Burundi celebrated 42 years of independence Thursday, but for many Burundians the festivities are tinged with frustration. The tiny Central African nation is still mired in a civil war that has already claimed the lives of more than 200,000 people.
By 10 o'clock Thursday morning, the humidity and the heat were already wilting. About 400 people, mostly young men, gathered near Bujumbura's City Park to watch the start of Independence Day celebrations. The festivities included traditional drumming and dancing, a marching band and military parade, and speeches by leading politicians, including former rebel leaders.
More than a 100 soldiers, some of them former rebels who joined the national army, were deployed around the park in their green camouflage uniforms and black boots, their AK-47 automatic rifles patched with duct-tape.
The Independence Day festivities were held in the shadow of the eight-story building where the new United Nations peacekeeping mission in Burundi is headquartered.
For many Burundians, it's a reminder that this otherwise joyous occasion is overshadowed by the fact that this country is still reeling from 11 years of civil war. Many Burundians resent the presence of so many foreign troops, most of them from South Africa, Mozambique and Ethiopia, which made up the 3,000-strong African Union (AU) peace mission. An additional 2,600 troops have started arriving in Burundi, mostly from Pakistan and Nepal, as part of a new United Nations peacekeeping force, which took over the AU peace mission last month.
Twenty-four-year-old student Elvis Karubu is an ethnic-Tutsi who served for a year and a half in the army before returning to college to study English.
"People are saying they can't go to the manifestation of the First of July, the Independence Day. Why? There's international troops in their country. Hutus and Tutsis do agree on that, I'm sure," he said.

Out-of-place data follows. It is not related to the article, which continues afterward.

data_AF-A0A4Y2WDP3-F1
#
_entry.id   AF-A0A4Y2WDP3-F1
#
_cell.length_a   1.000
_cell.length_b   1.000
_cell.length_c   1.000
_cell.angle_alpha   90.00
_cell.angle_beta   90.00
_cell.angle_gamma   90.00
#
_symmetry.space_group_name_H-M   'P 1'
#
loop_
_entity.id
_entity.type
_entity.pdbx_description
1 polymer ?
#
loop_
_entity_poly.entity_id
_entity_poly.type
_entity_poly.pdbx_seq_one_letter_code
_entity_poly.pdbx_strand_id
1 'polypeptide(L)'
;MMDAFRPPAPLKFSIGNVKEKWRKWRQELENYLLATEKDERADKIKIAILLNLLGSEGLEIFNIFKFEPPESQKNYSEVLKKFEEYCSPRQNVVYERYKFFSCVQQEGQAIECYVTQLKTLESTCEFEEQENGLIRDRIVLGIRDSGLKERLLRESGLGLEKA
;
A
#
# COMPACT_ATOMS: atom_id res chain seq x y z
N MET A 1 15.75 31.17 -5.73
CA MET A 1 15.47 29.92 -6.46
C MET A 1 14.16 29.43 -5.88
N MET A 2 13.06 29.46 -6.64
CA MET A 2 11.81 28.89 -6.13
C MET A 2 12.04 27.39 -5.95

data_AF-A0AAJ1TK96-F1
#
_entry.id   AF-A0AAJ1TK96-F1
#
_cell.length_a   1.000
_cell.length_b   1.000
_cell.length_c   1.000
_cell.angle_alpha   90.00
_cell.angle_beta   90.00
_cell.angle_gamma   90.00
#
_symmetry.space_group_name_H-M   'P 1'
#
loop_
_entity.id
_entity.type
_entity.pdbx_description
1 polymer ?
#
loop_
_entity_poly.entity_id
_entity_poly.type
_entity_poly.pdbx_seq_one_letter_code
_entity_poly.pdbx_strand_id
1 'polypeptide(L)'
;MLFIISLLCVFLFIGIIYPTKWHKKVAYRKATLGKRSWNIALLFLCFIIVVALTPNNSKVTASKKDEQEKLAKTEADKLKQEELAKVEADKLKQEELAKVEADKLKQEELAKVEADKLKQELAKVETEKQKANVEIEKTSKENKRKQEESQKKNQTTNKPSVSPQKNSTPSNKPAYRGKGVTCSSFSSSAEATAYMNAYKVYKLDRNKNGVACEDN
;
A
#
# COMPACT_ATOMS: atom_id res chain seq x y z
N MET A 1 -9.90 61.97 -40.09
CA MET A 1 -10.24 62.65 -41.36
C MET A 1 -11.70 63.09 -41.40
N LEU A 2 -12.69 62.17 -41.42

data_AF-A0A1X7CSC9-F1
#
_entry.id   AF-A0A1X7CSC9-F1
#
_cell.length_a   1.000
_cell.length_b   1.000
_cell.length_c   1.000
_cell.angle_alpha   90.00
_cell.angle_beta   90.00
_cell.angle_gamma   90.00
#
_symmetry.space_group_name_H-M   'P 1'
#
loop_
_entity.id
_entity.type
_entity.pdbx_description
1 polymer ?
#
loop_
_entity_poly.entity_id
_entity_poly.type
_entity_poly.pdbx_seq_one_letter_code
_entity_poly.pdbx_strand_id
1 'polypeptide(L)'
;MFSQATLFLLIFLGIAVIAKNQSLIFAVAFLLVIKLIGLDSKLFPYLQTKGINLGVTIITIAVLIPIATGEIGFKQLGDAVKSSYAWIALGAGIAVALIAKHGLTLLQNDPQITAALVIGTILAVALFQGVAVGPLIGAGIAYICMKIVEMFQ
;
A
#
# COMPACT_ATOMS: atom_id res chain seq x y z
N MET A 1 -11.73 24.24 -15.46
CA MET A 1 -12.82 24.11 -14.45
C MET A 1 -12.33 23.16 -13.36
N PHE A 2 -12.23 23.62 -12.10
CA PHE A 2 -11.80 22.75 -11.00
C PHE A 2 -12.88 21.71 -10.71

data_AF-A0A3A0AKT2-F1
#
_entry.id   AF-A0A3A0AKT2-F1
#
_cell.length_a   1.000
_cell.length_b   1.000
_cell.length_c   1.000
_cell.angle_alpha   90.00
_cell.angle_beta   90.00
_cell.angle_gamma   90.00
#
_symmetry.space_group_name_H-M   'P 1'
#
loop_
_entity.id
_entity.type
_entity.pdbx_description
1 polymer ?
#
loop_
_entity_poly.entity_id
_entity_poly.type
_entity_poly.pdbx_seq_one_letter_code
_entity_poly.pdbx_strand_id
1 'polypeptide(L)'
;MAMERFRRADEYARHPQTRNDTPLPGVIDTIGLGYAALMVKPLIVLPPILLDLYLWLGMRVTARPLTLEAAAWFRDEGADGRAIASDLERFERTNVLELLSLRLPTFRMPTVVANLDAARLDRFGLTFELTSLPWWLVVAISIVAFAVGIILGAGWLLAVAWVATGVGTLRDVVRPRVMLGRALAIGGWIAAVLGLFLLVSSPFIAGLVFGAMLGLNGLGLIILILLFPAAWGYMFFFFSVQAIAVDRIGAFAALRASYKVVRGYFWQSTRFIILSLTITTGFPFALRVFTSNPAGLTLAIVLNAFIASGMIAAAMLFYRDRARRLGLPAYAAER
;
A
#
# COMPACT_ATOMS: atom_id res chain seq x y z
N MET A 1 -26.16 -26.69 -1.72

Burundi's civil war, framed largely as an ethnic conflict, was sparked by the 1993 assassination of Burundi's first popularly elected ethnic-Hutu president by fighters from the former ruling Tutsi minority.
Despite numerous peace treaties and cease-fire agreements between the government and several rebel groups, the conflict persists in several parts of the country, where rebels have been ransacking villages and ambushing convoys of government troops.
In the farming village of Kabezi, only an hour's drive south of Bujumbura, Mayor Felicieau Ntahombaye says rebels have attacked his town in recent weeks. He says they have raped dozens of women and girls, burned and looted houses, and have kept farmers from planting and harvesting their crops. Many people in Kabezi are malnourished.
Mr. Ntahombaye, himself wounded in the leg by a rebel mortar attack a month ago, said he had no plans to attend the day's celebrations because so many people in his village still live with constant fear and the threat of starvation.
But the mayor did say he found a reason to hope that peace is on the horizon. He said he has noticed a change in people's attitudes toward the army and toward the National Liberation Forces, the only rebel group that has not joined the national unity government.
"Indeed, it's a great change because the attitudes of the army changed," he said. "Before, the population couldn't go to the military side because they were under risk to be shot at. Before that, they were protected by the rebels. Now the situation has changed as far as they [government soldiers] are not shooting at them."
Burundi's Independence Day celebrations continued throughout the day. In some ways, they were a welcome distraction for Burundians from the persistent violence. But when the celebrations are finished, the country will have to return to confronting the difficult problems of building peace after so many years of war.